Silverston has a blog called The Kind Life which discusses vegan and vegetarian food.
21/24 Kate Nash
"I became a vegetarian last September - I used to suffer from OCD and it got stuck in my head that if I didn't eat meat then my bunny rabbit, Fluffy, would survive a dangerous operation she had to have."
22/24 Jennifer Lopez, singer and actor
Lopez said that she recommended a vegan diet "because you wake up and feel great".
23/24 Mark Hoppus, member of Blink 182
Hoppus announced he was a vegan on Twitter.
24/24 Olivia Wilde, actor
"[Being vegan] is not always easy and accessible. But it's a way of life and makes me as a person feel really good and physically look better."
I was generally aware of the animal-suffering aspect, but I tend to repress this awareness to maintain the illusion of an ethical lifestyle. It's difficult to uphold this charade, however, when faced with the extent of factory farming in cold, hard statistics. According to the Humane Slaughter Society, for example, about 2.6 million cattle, 10 million pigs, 14.5 million sheep, 80 million fish and 950 million birds are slaughtered each year for human consumption in the UK.
One can brush off these statistics on the assumption that the killing is somehow humane. The literature, of course, doesn't simply cite statistics. In sanguineous detail, every book preaching the merits of veganism inexorably describes the caging of poultry, the failed stunning and throat-slashing of pigs and the yearly mass killing of turkeys. The authors recite these stories in explicit detail. They are supposed to disgust the innocent reader. They are successful.
Despite reading the statistics – buttressed by these gruesome stories – I was convinced that, upon entering my second home, the local kebab shop, I could retreat to my previous state of cognitive repression and return to carnivorous glory. Then I suffered another blow: I learnt about the environmental impact of modern agriculture.
Like most people, I'm environmentally conscious – which basically means I watched An Inconvenient Truth – yet I was unaware of the devastating ecological impact of cultivating livestock. A 2006 report by the Food and Agricultural Organisation suggested, for example, that livestock was accountable for 18 per cent of greenhouse emissions – more than all forms of transport put together; the burning of fuel for fertiliser, the transportation of animals and the clearing of vegetation for grazing were responsible for nine per cent of all carbon dioxide emissions; and the flatulence and excretion of livestock caused one third of all methane emissions, which warms the world 20 times faster than carbon dioxide.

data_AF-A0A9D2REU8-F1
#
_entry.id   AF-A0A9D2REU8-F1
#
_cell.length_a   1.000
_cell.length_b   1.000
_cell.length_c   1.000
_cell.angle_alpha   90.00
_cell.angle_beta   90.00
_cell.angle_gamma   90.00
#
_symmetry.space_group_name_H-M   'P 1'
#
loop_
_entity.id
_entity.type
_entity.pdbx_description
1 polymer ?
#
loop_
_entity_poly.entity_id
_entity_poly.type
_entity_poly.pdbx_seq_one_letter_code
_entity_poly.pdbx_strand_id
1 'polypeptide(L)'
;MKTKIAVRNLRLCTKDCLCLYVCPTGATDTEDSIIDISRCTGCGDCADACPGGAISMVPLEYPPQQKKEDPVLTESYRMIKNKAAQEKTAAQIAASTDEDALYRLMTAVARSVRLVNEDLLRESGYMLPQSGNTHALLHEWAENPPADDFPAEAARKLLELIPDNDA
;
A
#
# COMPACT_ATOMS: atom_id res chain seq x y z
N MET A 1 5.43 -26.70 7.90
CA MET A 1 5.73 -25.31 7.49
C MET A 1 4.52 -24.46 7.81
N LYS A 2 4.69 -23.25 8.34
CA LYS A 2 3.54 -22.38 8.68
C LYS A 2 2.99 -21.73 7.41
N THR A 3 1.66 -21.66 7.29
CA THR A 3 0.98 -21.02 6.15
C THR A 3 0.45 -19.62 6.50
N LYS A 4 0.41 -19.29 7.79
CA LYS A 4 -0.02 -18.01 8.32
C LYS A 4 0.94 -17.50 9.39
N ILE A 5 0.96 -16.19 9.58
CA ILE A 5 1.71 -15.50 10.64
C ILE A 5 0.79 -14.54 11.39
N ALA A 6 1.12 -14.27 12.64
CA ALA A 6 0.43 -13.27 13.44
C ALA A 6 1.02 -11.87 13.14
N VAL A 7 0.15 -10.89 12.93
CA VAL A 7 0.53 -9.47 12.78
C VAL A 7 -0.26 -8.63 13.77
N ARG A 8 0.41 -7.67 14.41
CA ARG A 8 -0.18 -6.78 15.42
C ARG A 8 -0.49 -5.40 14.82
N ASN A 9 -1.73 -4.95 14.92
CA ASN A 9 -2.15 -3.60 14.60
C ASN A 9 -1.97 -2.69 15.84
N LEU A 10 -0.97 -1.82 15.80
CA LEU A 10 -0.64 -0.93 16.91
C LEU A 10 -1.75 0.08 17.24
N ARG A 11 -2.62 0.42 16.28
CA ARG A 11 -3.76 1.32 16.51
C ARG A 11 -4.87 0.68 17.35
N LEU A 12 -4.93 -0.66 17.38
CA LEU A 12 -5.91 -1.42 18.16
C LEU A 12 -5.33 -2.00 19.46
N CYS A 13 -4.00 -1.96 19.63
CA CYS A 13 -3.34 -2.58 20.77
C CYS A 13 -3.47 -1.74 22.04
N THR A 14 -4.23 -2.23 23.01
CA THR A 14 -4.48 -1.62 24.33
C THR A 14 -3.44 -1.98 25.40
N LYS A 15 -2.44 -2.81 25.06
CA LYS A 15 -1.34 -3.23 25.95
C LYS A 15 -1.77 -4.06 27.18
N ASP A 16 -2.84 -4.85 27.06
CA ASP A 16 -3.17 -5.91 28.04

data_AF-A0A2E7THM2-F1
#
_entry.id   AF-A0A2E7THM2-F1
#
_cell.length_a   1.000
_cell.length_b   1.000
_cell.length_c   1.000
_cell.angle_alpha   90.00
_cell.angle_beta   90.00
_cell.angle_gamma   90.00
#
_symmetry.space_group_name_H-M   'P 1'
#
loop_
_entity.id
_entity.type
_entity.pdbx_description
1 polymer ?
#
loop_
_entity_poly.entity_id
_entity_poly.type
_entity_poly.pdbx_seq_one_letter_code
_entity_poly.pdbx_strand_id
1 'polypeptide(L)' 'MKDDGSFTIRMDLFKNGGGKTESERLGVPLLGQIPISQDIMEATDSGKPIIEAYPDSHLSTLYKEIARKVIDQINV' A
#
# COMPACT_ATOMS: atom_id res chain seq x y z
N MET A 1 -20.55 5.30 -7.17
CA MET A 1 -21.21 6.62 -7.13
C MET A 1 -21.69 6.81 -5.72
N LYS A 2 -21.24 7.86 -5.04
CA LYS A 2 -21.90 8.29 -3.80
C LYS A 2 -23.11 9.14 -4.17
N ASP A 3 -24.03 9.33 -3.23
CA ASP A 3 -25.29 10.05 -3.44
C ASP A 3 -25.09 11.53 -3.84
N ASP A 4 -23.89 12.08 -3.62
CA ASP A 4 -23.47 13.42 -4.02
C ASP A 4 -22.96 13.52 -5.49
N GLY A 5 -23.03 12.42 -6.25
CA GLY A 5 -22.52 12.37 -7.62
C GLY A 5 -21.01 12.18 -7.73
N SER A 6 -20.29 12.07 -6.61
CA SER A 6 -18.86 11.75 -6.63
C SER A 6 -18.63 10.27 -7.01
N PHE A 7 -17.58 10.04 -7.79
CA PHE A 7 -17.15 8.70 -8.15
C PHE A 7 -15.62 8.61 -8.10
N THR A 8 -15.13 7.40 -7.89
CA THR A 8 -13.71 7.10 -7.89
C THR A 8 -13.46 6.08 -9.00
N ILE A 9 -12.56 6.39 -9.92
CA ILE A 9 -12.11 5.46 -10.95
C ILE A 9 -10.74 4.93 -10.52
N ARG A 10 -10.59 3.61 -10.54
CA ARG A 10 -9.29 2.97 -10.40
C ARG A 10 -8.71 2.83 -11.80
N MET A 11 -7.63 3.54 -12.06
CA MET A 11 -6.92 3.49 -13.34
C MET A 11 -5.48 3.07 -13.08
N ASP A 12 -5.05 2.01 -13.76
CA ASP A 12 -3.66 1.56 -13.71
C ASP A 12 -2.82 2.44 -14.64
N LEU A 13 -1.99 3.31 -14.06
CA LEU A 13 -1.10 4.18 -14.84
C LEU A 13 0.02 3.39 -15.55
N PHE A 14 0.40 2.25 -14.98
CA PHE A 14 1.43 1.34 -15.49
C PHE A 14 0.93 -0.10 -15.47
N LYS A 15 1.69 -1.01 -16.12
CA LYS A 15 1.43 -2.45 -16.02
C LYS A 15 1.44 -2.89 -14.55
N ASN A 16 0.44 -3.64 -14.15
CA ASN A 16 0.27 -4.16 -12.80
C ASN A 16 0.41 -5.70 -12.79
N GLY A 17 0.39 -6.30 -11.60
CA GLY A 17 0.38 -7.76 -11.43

So now I was not only confronted by the slaughter of really cute animals – books and documentaries always choose images of adorable piglets and chicks – but I had to deal with the prospect of environmental catastrophe. As the month of Veganuary – or January, to my wiser, meat-eating brethren – toiled slowly on, the merits of veganism became difficult to ignore. It was frustrating.
There was, perhaps, a saving grace. Despite reading of the nutritional benefits of veganism, I hoped it would destroy me physically. I could therefore justify eating meat on the basis of my personal wellbeing. Unfortunately, as the month wore on, I didn't feel sick or fatigued, and I didn't suffer a digestive malfunction. Annoyingly, I actually felt better. I was out of excuses. I had to accept my plant-based fate.
To those people who love meat the way I love meat, I offer some advice: refrain from accepting the Veganuary challenge, or any similar campaign. It might just work.
The point of Veganuary is to raise awareness and educate the masses about the merits of veganism. I am now aware, I am now educated and I regret the whole ordeal. I'm sure I will eventually learn to embrace my new life. One day, I may even feel grateful to the lovely folks running Veganuary.
For now, however, I'm simply going to attempt to enjoy the ostensibly endless supply of kale and focus on learning the correct pronunciation of "quinoa".
- More about:
- Ioan Marc Jones
- Humane Slaughter Society
- carbon dioxide emissions
- ecological impact
- Food and Agricultural Organisation
- Carbon Dioxide